Indians a rising force in California politics
SACRAMENTO, California (AP) — When Neel Kashkari announced he was running for governor last week, he became the latest Californian of Indian descent to step onto the political stage, the most recent example of a rising trend in one of America’s most ethnically diverse states.
Kashkari is part of a surge of second-generation Indians emerging in politics, despite their relatively small population in California.
While Sikh Californians have been farming in California’s Central Valley for nearly a century, the last couple of decades have brought a wave of technology workers and entrepreneurs into Silicon Valley, where they have formed a tight-knit, supportive and financially successful community.
Tapping into that donor base will be key to the Republican Kashkari’s campaign, even if many donors will have to cross party lines to support him.
The growing roster of candidates and elected officials of Indian descent includes Democrat Ami Bera, a doctor who holds a Sacramento-area congressional seat; Democrat Ro Khanna, who is challenging for another in the San Francisco Bay Area; Vanila Singh, a Republican who recently announced she is entering the same Bay Area race; and Republican Ricky Gill, who attracted millions of dollars from Indian-Americans in the Central Valley before losing a tight congressional race two years ago.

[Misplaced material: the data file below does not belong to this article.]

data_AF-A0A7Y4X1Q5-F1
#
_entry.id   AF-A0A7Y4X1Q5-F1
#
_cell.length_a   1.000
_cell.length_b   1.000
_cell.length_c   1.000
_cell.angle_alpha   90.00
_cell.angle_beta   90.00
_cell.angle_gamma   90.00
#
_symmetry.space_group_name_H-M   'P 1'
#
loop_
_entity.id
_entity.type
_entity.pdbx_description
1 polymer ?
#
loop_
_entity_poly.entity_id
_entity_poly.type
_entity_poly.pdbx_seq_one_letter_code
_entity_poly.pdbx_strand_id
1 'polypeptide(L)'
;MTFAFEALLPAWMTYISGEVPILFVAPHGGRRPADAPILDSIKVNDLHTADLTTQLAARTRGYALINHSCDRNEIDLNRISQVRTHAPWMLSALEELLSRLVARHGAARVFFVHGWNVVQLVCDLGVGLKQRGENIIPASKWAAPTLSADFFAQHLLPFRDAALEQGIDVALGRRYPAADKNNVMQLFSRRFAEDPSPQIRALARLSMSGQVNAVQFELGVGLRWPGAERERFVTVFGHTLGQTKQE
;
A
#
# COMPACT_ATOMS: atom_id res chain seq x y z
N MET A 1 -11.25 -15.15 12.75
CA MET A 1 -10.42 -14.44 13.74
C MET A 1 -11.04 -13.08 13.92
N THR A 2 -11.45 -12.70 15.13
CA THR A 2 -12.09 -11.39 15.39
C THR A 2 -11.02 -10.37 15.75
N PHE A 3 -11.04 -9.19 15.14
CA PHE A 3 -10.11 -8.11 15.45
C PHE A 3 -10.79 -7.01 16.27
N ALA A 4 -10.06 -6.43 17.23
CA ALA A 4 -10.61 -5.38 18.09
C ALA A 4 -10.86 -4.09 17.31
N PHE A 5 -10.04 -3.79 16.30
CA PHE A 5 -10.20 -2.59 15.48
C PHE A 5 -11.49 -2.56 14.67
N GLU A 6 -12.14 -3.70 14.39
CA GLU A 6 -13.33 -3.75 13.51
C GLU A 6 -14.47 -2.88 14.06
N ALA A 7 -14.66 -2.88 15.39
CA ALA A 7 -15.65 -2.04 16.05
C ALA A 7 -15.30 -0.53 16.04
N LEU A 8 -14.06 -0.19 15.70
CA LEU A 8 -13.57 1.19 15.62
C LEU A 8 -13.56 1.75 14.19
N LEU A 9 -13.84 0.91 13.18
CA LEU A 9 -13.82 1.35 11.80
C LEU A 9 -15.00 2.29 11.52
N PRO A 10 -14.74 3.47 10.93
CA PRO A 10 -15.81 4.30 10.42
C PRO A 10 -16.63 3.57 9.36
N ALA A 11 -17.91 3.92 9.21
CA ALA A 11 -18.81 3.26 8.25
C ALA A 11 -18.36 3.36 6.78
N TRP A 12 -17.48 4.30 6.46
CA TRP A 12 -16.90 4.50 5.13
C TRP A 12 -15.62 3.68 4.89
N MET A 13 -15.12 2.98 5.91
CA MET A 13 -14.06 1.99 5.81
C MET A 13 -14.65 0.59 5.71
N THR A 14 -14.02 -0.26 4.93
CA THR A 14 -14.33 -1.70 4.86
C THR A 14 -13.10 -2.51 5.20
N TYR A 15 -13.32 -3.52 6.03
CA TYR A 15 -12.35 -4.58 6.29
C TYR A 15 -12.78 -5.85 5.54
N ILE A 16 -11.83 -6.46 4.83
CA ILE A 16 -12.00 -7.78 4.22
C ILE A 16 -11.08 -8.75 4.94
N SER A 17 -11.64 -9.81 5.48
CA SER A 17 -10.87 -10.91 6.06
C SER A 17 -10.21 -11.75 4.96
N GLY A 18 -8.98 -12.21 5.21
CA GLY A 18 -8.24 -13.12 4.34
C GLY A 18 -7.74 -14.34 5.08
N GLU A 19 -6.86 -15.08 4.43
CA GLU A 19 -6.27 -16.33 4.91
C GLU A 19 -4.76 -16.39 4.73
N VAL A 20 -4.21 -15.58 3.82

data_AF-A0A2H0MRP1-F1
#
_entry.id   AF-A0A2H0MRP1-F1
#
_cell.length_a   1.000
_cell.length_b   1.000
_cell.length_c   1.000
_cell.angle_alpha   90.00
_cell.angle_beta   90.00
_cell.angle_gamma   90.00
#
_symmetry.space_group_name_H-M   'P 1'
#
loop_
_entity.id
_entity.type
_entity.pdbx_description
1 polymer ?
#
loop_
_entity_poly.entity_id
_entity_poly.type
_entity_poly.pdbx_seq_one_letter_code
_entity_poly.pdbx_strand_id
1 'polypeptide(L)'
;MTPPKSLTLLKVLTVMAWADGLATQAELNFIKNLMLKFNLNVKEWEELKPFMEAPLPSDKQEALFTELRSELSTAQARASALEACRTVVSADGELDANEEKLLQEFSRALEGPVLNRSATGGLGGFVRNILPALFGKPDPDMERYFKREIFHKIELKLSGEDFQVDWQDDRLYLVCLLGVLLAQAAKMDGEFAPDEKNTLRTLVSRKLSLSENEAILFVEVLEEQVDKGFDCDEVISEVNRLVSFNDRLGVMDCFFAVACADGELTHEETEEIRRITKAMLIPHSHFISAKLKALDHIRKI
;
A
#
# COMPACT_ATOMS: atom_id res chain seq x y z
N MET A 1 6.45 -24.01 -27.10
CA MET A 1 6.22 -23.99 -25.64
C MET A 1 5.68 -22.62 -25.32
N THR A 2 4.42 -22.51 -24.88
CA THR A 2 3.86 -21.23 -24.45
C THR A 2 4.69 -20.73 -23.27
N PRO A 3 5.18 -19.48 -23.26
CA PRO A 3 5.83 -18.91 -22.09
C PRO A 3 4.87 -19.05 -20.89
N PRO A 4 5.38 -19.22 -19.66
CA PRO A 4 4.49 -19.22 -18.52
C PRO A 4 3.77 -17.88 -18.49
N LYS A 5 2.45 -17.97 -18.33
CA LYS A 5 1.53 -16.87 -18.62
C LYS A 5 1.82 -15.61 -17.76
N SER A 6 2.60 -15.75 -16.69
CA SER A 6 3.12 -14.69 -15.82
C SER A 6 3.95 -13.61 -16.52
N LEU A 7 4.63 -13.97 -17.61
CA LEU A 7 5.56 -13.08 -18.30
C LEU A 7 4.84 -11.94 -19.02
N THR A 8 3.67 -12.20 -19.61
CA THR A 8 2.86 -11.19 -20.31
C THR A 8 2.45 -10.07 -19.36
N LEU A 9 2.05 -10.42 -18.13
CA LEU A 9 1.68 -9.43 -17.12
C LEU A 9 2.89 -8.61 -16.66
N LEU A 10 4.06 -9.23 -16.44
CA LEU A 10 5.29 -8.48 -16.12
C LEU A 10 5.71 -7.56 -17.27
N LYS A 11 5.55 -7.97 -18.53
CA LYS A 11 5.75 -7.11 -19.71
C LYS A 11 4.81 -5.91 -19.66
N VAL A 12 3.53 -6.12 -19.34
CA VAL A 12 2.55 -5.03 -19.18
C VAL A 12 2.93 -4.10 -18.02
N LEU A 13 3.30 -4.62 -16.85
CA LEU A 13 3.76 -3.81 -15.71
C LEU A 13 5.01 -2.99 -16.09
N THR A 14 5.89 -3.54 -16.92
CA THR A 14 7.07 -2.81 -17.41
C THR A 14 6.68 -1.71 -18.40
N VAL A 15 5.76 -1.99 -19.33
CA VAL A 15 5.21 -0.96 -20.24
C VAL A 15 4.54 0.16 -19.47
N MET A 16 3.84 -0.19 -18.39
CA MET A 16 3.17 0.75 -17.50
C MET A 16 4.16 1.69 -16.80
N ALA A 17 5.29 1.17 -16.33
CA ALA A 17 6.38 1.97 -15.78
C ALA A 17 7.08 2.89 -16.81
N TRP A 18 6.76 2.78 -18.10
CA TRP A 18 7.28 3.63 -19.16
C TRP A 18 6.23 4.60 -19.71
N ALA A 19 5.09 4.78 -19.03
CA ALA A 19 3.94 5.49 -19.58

San Francisco attorney Harmeet Dhillon was elected vice-chairwoman of the California Republican Party last year, while Attorney General Kamala Harris, whose mother was from India, is the highest-profile California officeholder with Indian ancestry.
“It symbolizes the changing face of California,” said Karthick Ramakrishnan, a political science professor at the University of California, Riverside and director of the National Asian American Survey. “Even though Latinos are the largest nonwhite group in the state, there’s room for other communities to also break through.”
Latinos are about 40 percent of California’s 38 million residents and have a solid record of exercising their political muscle. By comparison, Indians make up less than 2 percent of the population, or about 638,000, according to the 2010 U.S. Census.
There is a long Sikh history in the Central Valley, where Kash Gill is mayor of Yuba City and Sonny Dhaliwal is mayor of Lathrop, in San Joaquin County. But many other Indian immigrants are more recent, and it is their U.S.-born children who are now bounding into politics, Ramakrishnan said.
His research has found that compared with other much larger Asian constituencies, Indian-Americans have high levels of voter participation. They also are among the most consistently Democratic-leaning, although a significant portion have no party affiliation. That could create an opening for candidates such as Kashkari, a moderate on social issues who supports abortion rights and gay marriage.
Indian donors backed governors Nikki Haley of North Carolina and Bobby Jindal of Louisiana, both of whom are Indian and Republican.